- Water Gun Shooting Gallery – Place small balls (plastic golf balls, ping pong balls, balls of aluminum foil, etc) balanced on the top of bottles, golf tees, or other containers. Aim the water gun at the balls to see how many you can knock down. Play for the fastest time, or the most balls knocked down in a certain time.
- Bottle Pyramid – Stack empty bottles of the same size, cans, or plastic cups into a pyramid shape. Use a softball or other ball to attempt to knock down the pyramid.
- Make a DIY Skeeball game following this tutorial!
- Set up a ring toss using any toy rings you have, or make rings from paper plates or left-over cardboard. Use empty bottles, empty cardboard tubes, or anything else you can find that you can throw a ring around as targets. For a tutorial for making your own rings try this tutorial!
Pancake breakfasts are a cornerstone of the Stampede experience, and easy to recreate at home! Have pancakes for breakfast or dinner – try them picnic-style in your front yard or living room to change things up!
Midway food is a core part of Stampede for many people – these are foods that we don’t generally eat at home! Thanks to many amusement parks around the world, there are many recipes for these fun treats available online! Here’s a small selection:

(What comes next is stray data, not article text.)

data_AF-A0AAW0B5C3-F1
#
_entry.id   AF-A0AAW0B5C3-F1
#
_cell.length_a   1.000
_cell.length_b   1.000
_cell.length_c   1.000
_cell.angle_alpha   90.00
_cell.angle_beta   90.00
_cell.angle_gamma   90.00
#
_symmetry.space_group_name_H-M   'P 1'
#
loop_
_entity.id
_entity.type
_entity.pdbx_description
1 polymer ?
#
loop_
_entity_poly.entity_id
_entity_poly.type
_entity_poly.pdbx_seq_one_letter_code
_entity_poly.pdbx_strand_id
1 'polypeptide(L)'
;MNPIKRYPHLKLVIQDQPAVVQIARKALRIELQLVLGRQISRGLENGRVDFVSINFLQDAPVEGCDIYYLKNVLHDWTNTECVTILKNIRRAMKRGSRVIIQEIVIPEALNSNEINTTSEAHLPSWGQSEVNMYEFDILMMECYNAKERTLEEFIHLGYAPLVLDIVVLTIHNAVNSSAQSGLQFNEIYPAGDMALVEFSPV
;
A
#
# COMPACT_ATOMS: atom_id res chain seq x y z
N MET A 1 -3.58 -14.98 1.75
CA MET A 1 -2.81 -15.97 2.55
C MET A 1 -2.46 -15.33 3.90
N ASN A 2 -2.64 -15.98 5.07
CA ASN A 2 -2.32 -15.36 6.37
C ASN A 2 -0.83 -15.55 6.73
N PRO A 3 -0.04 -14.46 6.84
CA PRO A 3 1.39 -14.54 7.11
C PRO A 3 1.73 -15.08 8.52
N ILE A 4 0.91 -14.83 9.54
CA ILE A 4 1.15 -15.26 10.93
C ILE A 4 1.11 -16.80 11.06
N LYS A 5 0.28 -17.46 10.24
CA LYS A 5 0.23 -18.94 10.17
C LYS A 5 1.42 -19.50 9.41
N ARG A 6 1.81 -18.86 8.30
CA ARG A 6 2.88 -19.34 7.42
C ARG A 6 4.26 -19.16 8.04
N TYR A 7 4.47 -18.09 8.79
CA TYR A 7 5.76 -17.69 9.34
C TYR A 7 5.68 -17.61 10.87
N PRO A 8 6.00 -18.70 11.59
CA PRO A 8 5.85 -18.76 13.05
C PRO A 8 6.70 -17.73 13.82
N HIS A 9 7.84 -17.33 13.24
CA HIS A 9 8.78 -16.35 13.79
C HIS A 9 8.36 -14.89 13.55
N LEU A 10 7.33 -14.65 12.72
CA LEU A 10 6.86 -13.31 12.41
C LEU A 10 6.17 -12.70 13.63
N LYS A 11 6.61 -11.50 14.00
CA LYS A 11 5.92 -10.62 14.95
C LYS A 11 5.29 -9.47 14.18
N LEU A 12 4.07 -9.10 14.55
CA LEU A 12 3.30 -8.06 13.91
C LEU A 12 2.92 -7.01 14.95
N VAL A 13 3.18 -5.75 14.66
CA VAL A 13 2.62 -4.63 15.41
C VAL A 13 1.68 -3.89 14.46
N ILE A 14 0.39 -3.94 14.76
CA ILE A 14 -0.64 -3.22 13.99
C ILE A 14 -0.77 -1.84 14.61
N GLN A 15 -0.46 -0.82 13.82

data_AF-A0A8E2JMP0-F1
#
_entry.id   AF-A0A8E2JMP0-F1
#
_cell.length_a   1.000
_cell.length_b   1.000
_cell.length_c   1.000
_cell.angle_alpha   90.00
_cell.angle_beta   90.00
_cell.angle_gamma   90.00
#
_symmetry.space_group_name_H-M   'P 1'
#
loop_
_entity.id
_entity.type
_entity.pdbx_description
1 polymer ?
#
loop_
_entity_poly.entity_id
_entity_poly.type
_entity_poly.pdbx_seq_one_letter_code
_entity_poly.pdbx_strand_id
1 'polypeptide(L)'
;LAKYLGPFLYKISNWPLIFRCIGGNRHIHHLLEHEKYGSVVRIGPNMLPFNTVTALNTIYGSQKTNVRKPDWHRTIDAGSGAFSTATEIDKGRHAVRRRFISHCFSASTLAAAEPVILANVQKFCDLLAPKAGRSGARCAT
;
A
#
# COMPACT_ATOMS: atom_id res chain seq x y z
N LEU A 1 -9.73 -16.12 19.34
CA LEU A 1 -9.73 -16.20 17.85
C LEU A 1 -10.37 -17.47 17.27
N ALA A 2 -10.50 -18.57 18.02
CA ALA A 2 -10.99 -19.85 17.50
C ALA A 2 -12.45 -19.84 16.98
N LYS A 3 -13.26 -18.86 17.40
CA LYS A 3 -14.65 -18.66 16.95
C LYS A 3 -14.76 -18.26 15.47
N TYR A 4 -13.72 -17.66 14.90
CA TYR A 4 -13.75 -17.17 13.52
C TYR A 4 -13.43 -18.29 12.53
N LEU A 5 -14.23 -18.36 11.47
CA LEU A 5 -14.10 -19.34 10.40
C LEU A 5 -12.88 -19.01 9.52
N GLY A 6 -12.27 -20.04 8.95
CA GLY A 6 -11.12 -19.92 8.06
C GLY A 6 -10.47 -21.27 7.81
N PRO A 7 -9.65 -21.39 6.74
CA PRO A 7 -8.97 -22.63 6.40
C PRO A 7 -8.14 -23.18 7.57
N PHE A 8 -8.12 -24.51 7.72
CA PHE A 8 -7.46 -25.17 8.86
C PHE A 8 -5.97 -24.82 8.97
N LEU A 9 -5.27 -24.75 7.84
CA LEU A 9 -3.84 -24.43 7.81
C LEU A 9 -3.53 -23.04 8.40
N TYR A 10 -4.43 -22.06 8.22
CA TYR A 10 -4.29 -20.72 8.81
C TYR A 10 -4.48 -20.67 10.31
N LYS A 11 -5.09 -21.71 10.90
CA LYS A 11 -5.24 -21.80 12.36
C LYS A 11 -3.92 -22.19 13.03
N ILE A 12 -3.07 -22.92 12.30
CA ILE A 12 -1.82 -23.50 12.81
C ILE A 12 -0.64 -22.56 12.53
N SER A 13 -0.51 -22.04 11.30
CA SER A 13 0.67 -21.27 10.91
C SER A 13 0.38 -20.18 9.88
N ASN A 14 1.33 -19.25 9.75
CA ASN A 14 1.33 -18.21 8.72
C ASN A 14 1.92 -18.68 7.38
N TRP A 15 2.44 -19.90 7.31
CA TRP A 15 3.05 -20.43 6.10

- Dole Whip
- Funnel Cake
- DIY Snow Cones
- Homemade Corn Dogs
- Walking Tacos aka Tacos in a Bag
- Baked Mini Doughnuts
- Deep Fried Cookies
- Strawberry Watermelon Slush
- For a taste of the Elbow River Camp, try this Bannock Recipe!
If you aren’t feeling up to trying to cook carnival treats at home, you can often find versions for sale in grocery stores – or check out local delivery options! Many Calgary eateries are still offering delivery on summertime treats, from BBQ to ice cream and – yes – even doughnuts! Check out YYCFoodTrucks.com to find out about their Drive-Thru Food Truck events and delivery options for an even more festive feel.
Probably the easiest part of the Stampede experience to re-create at home is the style! Let your kids dress up in their best cowboy outfits for neighbourhood walks. If your kids enjoy sidewalk or window art, try a Western theme.
No matter how you choose to make celebrations your own (or if you simply let them slide this year), remember to be gentle to yourself and your family if you find yourself feeling sad, angry, or disappointed – this is a hard year, and it’s okay to feel that way. Try to find moments of joy where you can and look forward to how wonderful it will be to be together again next summer!